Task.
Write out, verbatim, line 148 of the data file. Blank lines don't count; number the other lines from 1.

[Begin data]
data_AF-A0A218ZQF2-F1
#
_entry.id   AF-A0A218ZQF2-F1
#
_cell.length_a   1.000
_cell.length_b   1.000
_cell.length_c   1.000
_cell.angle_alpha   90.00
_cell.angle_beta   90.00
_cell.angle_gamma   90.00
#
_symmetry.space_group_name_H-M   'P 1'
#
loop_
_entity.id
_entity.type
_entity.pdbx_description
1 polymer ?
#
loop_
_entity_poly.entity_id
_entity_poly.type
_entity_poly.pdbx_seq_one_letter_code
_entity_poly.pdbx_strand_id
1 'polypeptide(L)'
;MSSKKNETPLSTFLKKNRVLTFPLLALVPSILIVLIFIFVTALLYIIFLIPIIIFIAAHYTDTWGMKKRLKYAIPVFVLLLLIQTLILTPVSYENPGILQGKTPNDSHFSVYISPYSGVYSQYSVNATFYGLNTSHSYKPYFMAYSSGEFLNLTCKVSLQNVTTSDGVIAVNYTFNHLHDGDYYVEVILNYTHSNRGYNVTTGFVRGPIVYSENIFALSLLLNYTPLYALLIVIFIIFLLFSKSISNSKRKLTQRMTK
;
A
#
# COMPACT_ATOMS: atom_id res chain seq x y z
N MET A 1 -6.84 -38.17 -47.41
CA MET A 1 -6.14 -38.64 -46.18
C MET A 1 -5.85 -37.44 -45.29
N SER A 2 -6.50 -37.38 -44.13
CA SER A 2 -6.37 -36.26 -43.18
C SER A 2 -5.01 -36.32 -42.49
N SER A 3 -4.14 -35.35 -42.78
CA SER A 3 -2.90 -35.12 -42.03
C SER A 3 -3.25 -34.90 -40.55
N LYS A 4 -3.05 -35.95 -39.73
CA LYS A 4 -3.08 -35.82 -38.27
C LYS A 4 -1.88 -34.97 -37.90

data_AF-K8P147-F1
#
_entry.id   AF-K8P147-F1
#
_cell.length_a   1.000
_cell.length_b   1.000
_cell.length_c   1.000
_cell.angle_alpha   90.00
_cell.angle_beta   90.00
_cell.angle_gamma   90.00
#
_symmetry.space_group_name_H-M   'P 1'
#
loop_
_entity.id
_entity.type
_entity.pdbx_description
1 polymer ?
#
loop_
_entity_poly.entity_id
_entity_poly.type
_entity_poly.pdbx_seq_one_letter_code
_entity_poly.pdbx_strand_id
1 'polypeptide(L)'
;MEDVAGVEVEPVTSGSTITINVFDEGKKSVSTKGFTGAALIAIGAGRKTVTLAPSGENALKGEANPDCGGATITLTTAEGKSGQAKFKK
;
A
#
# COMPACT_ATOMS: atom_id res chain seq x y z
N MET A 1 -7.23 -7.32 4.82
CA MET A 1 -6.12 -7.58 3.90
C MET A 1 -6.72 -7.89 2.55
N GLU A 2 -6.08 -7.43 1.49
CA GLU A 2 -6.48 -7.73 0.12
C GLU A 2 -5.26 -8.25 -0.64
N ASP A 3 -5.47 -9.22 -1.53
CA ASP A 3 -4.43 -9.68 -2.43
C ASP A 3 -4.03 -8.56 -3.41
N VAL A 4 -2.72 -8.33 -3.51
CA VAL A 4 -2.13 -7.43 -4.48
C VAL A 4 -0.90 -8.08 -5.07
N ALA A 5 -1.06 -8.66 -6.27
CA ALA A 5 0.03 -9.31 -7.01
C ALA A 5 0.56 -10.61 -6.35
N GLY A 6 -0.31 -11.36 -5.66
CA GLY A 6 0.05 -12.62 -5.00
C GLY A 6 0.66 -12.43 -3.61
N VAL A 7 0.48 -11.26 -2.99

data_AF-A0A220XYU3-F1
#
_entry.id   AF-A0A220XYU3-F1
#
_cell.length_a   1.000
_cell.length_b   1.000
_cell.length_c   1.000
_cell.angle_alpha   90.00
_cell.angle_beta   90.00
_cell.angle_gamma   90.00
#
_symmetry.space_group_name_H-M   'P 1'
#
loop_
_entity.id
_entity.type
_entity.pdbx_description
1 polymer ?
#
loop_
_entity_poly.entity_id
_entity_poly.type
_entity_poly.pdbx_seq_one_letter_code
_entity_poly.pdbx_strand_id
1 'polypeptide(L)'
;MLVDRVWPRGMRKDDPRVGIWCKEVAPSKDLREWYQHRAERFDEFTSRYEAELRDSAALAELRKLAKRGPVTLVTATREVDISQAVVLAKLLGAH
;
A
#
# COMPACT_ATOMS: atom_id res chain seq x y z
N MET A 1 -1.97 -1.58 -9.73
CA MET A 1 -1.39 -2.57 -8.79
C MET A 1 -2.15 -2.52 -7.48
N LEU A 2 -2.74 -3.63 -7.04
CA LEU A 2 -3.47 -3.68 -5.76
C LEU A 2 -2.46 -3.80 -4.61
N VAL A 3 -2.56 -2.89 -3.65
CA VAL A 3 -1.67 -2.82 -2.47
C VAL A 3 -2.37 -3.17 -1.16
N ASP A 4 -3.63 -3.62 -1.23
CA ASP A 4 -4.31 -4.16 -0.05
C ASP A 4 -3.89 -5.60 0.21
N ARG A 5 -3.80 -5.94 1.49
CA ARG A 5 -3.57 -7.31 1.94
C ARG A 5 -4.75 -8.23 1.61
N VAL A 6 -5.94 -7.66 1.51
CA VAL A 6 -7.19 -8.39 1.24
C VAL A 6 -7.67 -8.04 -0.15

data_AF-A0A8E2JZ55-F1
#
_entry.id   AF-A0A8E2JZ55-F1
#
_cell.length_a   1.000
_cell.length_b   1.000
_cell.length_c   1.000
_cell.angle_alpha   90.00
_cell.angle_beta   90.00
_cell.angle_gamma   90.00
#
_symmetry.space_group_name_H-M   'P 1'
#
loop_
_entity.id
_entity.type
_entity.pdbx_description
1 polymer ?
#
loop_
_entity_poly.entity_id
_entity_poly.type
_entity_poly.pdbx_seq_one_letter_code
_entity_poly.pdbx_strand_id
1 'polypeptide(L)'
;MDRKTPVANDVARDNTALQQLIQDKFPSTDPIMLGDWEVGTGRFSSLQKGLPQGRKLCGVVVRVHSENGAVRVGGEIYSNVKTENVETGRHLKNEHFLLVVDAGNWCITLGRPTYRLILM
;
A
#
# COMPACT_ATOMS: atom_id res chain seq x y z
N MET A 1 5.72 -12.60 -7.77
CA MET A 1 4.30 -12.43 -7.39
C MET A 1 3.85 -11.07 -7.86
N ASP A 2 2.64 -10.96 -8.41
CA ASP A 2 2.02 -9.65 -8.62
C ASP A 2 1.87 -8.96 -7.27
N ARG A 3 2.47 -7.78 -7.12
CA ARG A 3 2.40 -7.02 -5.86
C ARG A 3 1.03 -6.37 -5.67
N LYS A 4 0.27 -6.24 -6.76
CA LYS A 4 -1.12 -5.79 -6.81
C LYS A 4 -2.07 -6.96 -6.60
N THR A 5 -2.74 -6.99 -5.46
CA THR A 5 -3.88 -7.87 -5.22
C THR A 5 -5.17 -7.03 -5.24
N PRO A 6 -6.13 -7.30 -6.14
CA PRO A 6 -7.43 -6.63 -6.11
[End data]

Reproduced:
_cell.angle_beta   90.00